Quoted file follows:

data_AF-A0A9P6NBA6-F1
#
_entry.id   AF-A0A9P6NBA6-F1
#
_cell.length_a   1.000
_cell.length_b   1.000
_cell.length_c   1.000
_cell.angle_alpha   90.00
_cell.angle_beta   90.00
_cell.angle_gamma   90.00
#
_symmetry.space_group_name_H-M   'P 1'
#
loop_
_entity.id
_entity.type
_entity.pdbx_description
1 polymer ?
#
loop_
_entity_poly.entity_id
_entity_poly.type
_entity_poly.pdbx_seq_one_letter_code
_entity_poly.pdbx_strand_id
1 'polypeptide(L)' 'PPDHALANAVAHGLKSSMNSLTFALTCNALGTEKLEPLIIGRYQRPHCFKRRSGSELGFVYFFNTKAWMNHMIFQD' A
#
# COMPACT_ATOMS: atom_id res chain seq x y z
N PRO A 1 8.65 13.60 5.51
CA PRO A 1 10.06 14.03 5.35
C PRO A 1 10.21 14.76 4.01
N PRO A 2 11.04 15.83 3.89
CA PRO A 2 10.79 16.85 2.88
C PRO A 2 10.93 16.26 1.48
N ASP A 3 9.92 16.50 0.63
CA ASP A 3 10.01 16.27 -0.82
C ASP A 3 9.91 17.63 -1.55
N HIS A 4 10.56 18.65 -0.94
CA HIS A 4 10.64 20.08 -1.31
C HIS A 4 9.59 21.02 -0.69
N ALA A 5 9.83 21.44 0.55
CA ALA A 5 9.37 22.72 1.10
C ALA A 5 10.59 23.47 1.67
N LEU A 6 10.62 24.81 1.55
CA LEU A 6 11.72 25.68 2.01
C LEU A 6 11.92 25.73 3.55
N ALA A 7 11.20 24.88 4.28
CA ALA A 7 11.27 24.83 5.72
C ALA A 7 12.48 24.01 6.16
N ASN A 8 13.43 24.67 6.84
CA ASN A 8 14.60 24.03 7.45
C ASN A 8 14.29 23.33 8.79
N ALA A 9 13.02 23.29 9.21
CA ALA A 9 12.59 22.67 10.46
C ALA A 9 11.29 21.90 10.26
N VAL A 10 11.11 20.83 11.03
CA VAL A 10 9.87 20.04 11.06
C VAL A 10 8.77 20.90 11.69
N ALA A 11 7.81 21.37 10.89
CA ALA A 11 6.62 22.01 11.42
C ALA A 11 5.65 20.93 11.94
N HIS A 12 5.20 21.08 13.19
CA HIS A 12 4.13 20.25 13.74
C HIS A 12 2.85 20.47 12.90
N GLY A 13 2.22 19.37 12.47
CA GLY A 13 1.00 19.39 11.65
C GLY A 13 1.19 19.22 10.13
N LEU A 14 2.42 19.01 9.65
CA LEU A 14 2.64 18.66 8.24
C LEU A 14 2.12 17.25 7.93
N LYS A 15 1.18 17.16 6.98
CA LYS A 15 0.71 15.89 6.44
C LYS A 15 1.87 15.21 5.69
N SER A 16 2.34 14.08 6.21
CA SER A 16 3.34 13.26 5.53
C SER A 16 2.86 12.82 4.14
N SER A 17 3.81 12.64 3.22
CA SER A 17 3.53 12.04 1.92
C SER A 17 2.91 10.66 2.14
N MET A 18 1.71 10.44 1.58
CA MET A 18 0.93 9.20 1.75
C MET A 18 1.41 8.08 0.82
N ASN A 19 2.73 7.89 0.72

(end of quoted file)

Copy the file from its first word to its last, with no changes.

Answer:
data_AF-A0A9P6NBA6-F1
#
_entry.id   AF-A0A9P6NBA6-F1
#
_cell.length_a   1.000
_cell.length_b   1.000
_cell.length_c   1.000
_cell.angle_alpha   90.00
_cell.angle_beta   90.00
_cell.angle_gamma   90.00
#
_symmetry.space_group_name_H-M   'P 1'
#
loop_
_entity.id
_entity.type
_entity.pdbx_description
1 polymer ?
#
loop_
_entity_poly.entity_id
_entity_poly.type
_entity_poly.pdbx_seq_one_letter_code
_entity_poly.pdbx_strand_id
1 'polypeptide(L)' 'PPDHALANAVAHGLKSSMNSLTFALTCNALGTEKLEPLIIGRYQRPHCFKRRSGSELGFVYFFNTKAWMNHMIFQD' A
#
# COMPACT_ATOMS: atom_id res chain seq x y z
N PRO A 1 8.65 13.60 5.51
CA PRO A 1 10.06 14.03 5.35
C PRO A 1 10.21 14.76 4.01
N PRO A 2 11.04 15.83 3.89
CA PRO A 2 10.79 16.85 2.88
C PRO A 2 10.93 16.26 1.48
N ASP A 3 9.92 16.50 0.63
CA ASP A 3 10.01 16.27 -0.82
C ASP A 3 9.91 17.63 -1.55
N HIS A 4 10.56 18.65 -0.94
CA HIS A 4 10.64 20.08 -1.31
C HIS A 4 9.59 21.02 -0.69
N ALA A 5 9.83 21.44 0.55
CA ALA A 5 9.37 22.72 1.10
C ALA A 5 10.59 23.47 1.67
N LEU A 6 10.62 24.81 1.55
CA LEU A 6 11.72 25.68 2.01
C LEU A 6 11.92 25.73 3.55
N ALA A 7 11.20 24.88 4.28
CA ALA A 7 11.27 24.83 5.72
C ALA A 7 12.48 24.01 6.16
N ASN A 8 13.43 24.67 6.84
CA ASN A 8 14.60 24.03 7.45
C ASN A 8 14.29 23.33 8.79
N ALA A 9 13.02 23.29 9.21
CA ALA A 9 12.59 22.67 10.46
C ALA A 9 11.29 21.90 10.26
N VAL A 10 11.11 20.83 11.03
CA VAL A 10 9.87 20.04 11.06
C VAL A 10 8.77 20.90 11.69
N ALA A 11 7.81 21.37 10.89
CA ALA A 11 6.62 22.01 11.42
C ALA A 11 5.65 20.93 11.94
N HIS A 12 5.20 21.08 13.19
CA HIS A 12 4.13 20.25 13.74
C HIS A 12 2.85 20.47 12.90
N GLY A 13 2.22 19.37 12.47
CA GLY A 13 1.00 19.39 11.65
C GLY A 13 1.19 19.22 10.13
N LEU A 14 2.42 19.01 9.65
CA LEU A 14 2.64 18.66 8.24
C LEU A 14 2.12 17.25 7.93
N LYS A 15 1.18 17.16 6.98
CA LYS A 15 0.71 15.89 6.44
C LYS A 15 1.87 15.21 5.69
N SER A 16 2.34 14.08 6.21
CA SER A 16 3.34 13.26 5.53
C SER A 16 2.86 12.82 4.14
N SER A 17 3.81 12.64 3.22
CA SER A 17 3.53 12.04 1.92
C SER A 17 2.91 10.66 2.14
N MET A 18 1.71 10.44 1.58
CA MET A 18 0.93 9.20 1.75
C MET A 18 1.41 8.08 0.82
N ASN A 19 2.73 7.89 0.72